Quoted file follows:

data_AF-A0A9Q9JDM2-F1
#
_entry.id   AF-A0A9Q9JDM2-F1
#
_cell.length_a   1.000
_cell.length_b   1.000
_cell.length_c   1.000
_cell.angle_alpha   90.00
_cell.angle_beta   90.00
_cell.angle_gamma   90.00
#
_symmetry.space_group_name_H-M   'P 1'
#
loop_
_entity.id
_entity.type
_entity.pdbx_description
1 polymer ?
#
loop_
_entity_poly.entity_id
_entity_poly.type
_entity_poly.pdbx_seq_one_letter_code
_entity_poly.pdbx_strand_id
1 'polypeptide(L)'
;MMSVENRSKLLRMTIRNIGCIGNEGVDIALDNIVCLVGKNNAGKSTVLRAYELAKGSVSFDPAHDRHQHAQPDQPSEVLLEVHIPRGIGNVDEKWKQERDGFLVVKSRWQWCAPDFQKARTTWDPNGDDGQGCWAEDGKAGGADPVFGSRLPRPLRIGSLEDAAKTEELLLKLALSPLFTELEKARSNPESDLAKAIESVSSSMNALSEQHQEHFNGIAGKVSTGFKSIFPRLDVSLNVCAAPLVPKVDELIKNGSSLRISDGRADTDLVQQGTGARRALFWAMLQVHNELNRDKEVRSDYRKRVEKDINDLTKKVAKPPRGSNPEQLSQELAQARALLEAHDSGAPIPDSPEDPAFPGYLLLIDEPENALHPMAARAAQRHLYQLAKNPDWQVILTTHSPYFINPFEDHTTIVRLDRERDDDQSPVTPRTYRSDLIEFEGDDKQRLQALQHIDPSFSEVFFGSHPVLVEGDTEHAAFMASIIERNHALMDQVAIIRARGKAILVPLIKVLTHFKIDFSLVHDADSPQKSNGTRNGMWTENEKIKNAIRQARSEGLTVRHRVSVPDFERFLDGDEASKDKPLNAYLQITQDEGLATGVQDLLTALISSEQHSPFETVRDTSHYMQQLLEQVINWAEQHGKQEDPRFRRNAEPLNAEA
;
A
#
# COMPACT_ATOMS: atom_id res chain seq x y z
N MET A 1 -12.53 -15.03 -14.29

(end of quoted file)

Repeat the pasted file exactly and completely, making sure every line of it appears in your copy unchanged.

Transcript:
data_AF-A0A9Q9JDM2-F1
#
_entry.id   AF-A0A9Q9JDM2-F1
#
_cell.length_a   1.000
_cell.length_b   1.000
_cell.length_c   1.000
_cell.angle_alpha   90.00
_cell.angle_beta   90.00
_cell.angle_gamma   90.00
#
_symmetry.space_group_name_H-M   'P 1'
#
loop_
_entity.id
_entity.type
_entity.pdbx_description
1 polymer ?
#
loop_
_entity_poly.entity_id
_entity_poly.type
_entity_poly.pdbx_seq_one_letter_code
_entity_poly.pdbx_strand_id
1 'polypeptide(L)'
;MMSVENRSKLLRMTIRNIGCIGNEGVDIALDNIVCLVGKNNAGKSTVLRAYELAKGSVSFDPAHDRHQHAQPDQPSEVLLEVHIPRGIGNVDEKWKQERDGFLVVKSRWQWCAPDFQKARTTWDPNGDDGQGCWAEDGKAGGADPVFGSRLPRPLRIGSLEDAAKTEELLLKLALSPLFTELEKARSNPESDLAKAIESVSSSMNALSEQHQEHFNGIAGKVSTGFKSIFPRLDVSLNVCAAPLVPKVDELIKNGSSLRISDGRADTDLVQQGTGARRALFWAMLQVHNELNRDKEVRSDYRKRVEKDINDLTKKVAKPPRGSNPEQLSQELAQARALLEAHDSGAPIPDSPEDPAFPGYLLLIDEPENALHPMAARAAQRHLYQLAKNPDWQVILTTHSPYFINPFEDHTTIVRLDRERDDDQSPVTPRTYRSDLIEFEGDDKQRLQALQHIDPSFSEVFFGSHPVLVEGDTEHAAFMASIIERNHALMDQVAIIRARGKAILVPLIKVLTHFKIDFSLVHDADSPQKSNGTRNGMWTENEKIKNAIRQARSEGLTVRHRVSVPDFERFLDGDEASKDKPLNAYLQITQDEGLATGVQDLLTALISSEQHSPFETVRDTSHYMQQLLEQVINWAEQHGKQEDPRFRRNAEPLNAEA
;
A
#
# COMPACT_ATOMS: atom_id res chain seq x y z
N MET A 1 -12.53 -15.03 -14.29